Gerard is the author of xUnit Test Patterns: Refactoring Test Code.
Wow, has it been 15 years already?!? How times flies. I cannot recall exactly how I first found out about patterns but I do remember reading drafts of the book via an e-mail list (this was well before Al Gore had invented the Internet). I was working for Bell Northern Research (BNR), the R&D subsidiary of Northern Telecom, building telephone switching software, and I was struck by how many of the patterns appeared in some form or another within our software. We invited Richard Helm to come and teach our software developers about the patterns and later we had Kent Beck in to teach a course on writing patterns. In that course I wrote up the first draft of what was to become Half Object Plus Protocol. Kent encouraged me to submit it to the first Pattern Languages of Programs (PLoP) conference which was announced (I think) at OOPSLA in Portland. That in turn led me to be involved in workshopping early drafts of Martin Fowler's patterns, which were later published in Analysis Patterns. Things came full circle a number of years later when I started documenting common practices in automated unit testing in my own book, xUnit Test Patterns. I was discussing some of these patterns with Joshua Kerievsky at another OOPSLA (Vancouver I believe), and he encouraged Martin to contact me about publishing my book in the Martin Fowler Signature Series. As a result, I've been giving tutorials at various prestigious conferences and training courses at major technology companies. And I can safely say that this all started with Design Patterns, so I guess you could say that Design Patterns changed the course of my career.
Looking back at Design Patterns after 15 years is interesting. Of course, it was just the tip of the iceberg and even back then there were lots of arguments about whether some of the patterns were fundamental patterns or merely language idioms. Many of the examples were based on C++, and some Smalltalkers claimed that they couldn't be patterns if they were language features (like Iterator and Visitor). But they were an important way to start the dialog and establish terminology to describe object-oriented program design. Before DP we didn't really have a way to talk about program design in a language-agnostic way; that is one of the major contributions of patterns.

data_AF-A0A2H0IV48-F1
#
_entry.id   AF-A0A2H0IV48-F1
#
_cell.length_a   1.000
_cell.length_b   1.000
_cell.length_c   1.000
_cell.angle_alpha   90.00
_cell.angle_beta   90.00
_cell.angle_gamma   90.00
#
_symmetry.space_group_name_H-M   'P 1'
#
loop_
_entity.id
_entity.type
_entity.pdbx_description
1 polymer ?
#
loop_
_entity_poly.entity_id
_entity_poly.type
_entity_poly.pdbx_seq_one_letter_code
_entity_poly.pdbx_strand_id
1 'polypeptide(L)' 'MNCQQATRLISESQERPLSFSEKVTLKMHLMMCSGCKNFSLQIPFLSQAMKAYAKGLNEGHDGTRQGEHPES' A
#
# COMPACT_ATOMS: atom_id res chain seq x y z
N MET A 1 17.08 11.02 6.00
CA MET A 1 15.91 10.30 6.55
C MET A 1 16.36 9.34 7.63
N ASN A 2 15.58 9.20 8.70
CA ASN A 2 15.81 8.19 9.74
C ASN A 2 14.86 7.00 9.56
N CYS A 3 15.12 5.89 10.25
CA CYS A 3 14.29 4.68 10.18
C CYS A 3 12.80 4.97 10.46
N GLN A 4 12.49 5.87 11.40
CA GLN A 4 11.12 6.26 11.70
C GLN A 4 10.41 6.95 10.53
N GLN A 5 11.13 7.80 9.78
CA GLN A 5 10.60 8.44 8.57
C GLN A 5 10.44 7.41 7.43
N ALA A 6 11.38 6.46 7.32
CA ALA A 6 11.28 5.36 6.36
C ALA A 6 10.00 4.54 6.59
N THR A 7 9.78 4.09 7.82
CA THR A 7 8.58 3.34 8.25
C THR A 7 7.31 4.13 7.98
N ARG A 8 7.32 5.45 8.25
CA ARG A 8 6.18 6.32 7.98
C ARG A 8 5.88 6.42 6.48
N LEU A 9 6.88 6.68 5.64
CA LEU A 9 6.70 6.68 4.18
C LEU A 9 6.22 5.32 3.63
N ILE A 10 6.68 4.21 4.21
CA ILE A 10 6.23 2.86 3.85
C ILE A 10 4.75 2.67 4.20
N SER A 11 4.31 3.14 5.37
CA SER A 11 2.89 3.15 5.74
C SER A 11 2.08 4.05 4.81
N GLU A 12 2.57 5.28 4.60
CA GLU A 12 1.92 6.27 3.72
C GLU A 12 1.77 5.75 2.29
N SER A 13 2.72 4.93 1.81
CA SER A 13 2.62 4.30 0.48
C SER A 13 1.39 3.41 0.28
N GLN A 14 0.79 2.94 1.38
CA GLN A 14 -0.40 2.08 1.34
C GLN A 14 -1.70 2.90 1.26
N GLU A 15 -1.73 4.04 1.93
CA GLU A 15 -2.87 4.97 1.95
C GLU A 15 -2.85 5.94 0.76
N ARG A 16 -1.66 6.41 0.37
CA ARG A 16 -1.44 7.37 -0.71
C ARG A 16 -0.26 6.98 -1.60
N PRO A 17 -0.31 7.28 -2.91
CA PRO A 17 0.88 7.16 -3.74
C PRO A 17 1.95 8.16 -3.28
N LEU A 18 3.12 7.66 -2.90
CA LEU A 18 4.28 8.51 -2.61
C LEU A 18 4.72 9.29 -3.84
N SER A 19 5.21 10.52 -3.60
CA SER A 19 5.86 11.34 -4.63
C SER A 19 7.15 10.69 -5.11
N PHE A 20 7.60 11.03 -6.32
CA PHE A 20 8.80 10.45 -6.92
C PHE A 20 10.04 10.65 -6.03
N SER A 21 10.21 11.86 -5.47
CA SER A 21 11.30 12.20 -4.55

Like all new ideas, patterns were sometimes misused. Rather than using patterns to describe their program design, some misguided souls set about to put as many patterns as possible into their programs. This often result in highly over-engineered software. Joshua's book tried to address this issue by showing readers how you can introduce patterns incrementally as needed rather than all up front. It illustrated a more agile (as opposed to BDUF - Big Design, Up Front) approach to patterns.
I use patterns a lot while coaching teams on how to develop software more effectively. It still amazes me when I encounter teams that have never heard of either design patterns (the concept) or Design Patterns (the book)! But I guess that's why Design Patterns is still a big seller amongst technical books. On a recent project, I was introducing a bunch of senior ABAPers (SAP developers) to object-oriented design, design patterns and automated unit testing using AbapUnit. Several went out and bought the DP book to learn more about the basic patterns. And they incorporated Composites and Commands into their ABAP design. Those are probably my favorites amongst the 23 patterns in DP. Some, like Flyweight, I don't get much chance to use. Others, like Singleton, cause problems with testability unless you build in mechanisms such as http://xunitpatterns.com/Test-Specific%20Subclass.html#Substitutable%20Singleton.